The Government will launch a national investigation into mental health inpatient care, the health secretary has announced.
Investigators will consider a range of issues, including how providers can learn from deaths that occur in their care and how many staff are needed in each service.
Health secretary Steve Barclay said the investigation will open in October with the establishment of a new Health Services Safety Investigations Body.
Mr Barclay’s announcement aligns with a separate rapid review, published 28 June by parliamentary under secretary of state for mental health Maria Caulfield, into how data is used to identify risks to patients in mental health inpatient settings.
This review advised NHS England to establish a programme of work alongside ICBs, the CQC and provider collaboratives, to agree that all bodies are collecting data to measure ‘what matters’, and consider what enablers are needed to reduce the burdens around sharing data.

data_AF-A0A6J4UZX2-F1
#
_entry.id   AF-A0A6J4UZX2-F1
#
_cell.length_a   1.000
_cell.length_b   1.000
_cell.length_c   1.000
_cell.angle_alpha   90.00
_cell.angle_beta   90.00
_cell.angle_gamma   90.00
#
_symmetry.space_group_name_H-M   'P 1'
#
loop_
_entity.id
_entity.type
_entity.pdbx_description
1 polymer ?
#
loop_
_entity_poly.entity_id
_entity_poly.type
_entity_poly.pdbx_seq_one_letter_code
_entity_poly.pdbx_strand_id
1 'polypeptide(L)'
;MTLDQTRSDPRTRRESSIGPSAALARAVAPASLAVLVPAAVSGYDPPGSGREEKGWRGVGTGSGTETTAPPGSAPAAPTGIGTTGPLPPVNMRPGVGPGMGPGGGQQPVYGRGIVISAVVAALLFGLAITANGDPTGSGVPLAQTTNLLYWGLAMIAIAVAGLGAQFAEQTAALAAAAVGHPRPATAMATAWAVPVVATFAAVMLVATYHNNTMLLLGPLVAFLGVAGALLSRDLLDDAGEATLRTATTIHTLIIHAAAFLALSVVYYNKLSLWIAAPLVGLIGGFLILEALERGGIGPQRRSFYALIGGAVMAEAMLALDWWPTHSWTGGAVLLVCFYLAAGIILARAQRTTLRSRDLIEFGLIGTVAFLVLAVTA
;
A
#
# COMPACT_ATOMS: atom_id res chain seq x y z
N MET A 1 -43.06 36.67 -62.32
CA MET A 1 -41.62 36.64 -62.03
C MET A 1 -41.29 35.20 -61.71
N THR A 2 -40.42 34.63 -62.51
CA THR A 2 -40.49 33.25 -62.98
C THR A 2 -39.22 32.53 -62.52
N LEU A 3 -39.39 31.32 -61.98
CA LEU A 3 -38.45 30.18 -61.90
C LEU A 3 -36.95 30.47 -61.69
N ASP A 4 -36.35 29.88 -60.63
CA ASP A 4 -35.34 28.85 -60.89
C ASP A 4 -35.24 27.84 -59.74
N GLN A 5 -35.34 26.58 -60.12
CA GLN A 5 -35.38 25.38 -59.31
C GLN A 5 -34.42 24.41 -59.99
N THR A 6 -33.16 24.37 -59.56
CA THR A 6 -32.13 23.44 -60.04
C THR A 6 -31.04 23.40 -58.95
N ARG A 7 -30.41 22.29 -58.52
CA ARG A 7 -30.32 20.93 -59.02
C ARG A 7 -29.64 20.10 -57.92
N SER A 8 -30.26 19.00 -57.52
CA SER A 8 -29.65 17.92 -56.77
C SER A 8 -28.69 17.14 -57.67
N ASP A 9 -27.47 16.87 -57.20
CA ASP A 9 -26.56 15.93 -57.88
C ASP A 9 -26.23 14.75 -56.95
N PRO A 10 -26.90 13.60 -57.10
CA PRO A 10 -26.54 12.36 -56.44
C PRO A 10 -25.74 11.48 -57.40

ICSs and provider collaboratives should also map out the pathway for all mental health services they cover to establish ‘which parties need access to relevant data’ at all times.
The review added that both parties should also make sure their staff are sufficiently trained to handle mental health data.
It said: ‘They should also bring together the mental health population leads from across their footprint to map out the mental health needs of their local populations and the potential for primary, secondary and tertiary prevention as well as equitable access to safe therapeutic services.’
Additionally, ICSs should incorporate the mental health estate fully into their system-wide infrastructure strategies due by December 2023. This should include a review of the estate.